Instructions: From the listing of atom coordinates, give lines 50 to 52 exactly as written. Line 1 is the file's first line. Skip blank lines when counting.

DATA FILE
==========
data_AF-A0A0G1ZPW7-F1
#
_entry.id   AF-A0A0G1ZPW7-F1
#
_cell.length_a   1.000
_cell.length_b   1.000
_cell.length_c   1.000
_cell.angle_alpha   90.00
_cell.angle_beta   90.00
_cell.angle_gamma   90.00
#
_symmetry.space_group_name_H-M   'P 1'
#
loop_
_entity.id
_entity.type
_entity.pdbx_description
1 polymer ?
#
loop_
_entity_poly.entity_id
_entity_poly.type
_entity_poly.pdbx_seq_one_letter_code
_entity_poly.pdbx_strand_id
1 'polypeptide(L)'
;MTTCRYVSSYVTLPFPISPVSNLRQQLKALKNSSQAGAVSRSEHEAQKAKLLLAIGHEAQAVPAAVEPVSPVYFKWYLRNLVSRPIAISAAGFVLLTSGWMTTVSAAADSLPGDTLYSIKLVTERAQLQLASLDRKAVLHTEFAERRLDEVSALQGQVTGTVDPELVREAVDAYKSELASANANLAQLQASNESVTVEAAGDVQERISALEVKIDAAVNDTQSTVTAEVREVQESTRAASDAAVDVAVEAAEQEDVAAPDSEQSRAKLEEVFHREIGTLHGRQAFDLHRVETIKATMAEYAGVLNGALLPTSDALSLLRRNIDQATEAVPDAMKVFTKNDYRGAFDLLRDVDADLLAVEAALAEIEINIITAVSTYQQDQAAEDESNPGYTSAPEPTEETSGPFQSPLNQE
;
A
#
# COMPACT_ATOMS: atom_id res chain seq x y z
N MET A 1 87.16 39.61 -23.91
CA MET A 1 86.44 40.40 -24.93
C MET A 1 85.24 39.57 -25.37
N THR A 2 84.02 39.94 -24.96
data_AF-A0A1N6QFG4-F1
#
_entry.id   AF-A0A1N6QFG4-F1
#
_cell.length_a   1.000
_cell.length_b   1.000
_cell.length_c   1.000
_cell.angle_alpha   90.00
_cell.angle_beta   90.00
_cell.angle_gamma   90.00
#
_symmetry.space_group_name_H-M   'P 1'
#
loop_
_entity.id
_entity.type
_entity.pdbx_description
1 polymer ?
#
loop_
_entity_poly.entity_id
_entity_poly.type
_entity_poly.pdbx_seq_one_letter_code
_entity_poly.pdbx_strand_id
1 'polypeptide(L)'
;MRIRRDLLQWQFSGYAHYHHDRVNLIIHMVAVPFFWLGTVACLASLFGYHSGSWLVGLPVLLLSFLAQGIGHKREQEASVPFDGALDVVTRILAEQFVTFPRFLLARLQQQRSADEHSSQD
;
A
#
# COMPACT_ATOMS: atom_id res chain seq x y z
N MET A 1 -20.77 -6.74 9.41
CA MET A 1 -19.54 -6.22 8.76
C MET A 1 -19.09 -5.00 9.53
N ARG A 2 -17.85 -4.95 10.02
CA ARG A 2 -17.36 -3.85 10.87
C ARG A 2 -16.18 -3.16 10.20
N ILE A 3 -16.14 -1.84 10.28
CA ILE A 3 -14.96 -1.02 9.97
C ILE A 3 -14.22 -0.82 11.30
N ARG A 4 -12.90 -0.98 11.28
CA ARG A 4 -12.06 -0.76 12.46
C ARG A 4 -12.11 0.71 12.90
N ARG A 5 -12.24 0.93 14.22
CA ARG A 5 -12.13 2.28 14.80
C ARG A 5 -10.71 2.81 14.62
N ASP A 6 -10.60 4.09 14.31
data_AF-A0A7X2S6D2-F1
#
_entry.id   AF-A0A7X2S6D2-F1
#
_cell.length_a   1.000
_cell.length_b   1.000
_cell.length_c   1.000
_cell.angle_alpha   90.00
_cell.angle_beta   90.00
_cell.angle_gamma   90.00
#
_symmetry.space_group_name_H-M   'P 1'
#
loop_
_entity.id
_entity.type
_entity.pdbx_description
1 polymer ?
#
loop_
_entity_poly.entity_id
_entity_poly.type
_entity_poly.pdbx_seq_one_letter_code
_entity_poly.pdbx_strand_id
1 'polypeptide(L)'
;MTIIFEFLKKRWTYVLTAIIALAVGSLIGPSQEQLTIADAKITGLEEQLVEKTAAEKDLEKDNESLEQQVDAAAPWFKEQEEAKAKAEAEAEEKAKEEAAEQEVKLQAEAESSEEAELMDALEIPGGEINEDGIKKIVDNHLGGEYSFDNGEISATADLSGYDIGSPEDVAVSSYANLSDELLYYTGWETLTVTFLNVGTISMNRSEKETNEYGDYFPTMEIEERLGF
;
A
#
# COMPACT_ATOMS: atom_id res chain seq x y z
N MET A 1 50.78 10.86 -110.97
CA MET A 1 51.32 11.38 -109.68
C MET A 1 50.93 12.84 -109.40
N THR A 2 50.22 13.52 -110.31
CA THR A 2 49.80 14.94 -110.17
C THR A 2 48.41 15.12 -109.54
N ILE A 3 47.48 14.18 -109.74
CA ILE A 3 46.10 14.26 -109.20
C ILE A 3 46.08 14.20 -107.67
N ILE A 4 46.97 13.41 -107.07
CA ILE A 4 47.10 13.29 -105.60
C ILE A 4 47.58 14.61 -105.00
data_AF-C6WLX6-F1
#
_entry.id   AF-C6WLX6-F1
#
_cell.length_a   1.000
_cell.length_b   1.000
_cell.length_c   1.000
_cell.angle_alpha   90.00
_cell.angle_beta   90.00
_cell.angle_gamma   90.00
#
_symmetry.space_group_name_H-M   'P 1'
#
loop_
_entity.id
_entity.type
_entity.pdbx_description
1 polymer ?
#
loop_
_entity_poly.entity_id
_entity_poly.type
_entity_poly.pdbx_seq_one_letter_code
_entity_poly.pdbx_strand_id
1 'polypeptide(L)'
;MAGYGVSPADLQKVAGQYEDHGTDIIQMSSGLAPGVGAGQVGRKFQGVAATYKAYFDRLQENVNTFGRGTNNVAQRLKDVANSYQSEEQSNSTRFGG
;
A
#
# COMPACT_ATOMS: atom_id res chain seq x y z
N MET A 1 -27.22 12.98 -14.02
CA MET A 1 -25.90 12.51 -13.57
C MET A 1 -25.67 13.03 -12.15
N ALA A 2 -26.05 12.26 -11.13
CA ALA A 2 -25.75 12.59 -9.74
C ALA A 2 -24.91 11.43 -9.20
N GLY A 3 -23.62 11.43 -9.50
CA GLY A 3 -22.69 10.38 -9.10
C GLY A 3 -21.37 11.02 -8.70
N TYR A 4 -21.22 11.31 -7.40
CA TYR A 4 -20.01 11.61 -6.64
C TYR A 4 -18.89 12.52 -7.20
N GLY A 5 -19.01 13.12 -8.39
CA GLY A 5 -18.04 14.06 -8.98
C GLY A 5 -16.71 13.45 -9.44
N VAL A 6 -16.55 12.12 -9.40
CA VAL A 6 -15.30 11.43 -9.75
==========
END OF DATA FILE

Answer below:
_entity.type
_entity.pdbx_description
1 polymer ?